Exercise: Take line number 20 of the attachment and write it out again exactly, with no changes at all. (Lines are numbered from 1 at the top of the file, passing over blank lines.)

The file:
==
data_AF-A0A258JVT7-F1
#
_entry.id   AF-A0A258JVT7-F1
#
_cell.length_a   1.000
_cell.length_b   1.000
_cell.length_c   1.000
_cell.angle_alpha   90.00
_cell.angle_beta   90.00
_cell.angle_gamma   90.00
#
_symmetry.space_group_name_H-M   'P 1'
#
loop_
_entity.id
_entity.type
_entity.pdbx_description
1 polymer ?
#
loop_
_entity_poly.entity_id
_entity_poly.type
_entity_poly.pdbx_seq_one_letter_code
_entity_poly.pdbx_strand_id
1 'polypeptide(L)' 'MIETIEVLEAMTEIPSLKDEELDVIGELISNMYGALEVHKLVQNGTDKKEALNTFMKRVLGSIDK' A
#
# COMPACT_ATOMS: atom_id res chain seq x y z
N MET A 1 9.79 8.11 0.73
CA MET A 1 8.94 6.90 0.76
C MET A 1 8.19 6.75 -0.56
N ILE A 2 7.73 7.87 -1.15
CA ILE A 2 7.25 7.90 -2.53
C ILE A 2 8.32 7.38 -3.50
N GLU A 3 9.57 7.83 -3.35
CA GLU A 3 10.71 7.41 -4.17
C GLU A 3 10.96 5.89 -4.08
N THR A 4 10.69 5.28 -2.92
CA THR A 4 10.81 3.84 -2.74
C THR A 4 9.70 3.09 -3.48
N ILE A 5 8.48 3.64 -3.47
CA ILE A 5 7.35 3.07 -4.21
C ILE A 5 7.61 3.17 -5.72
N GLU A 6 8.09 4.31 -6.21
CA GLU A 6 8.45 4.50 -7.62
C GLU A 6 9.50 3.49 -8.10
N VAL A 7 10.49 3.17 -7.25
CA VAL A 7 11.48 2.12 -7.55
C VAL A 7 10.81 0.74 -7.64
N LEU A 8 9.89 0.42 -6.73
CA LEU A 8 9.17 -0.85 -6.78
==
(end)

loop_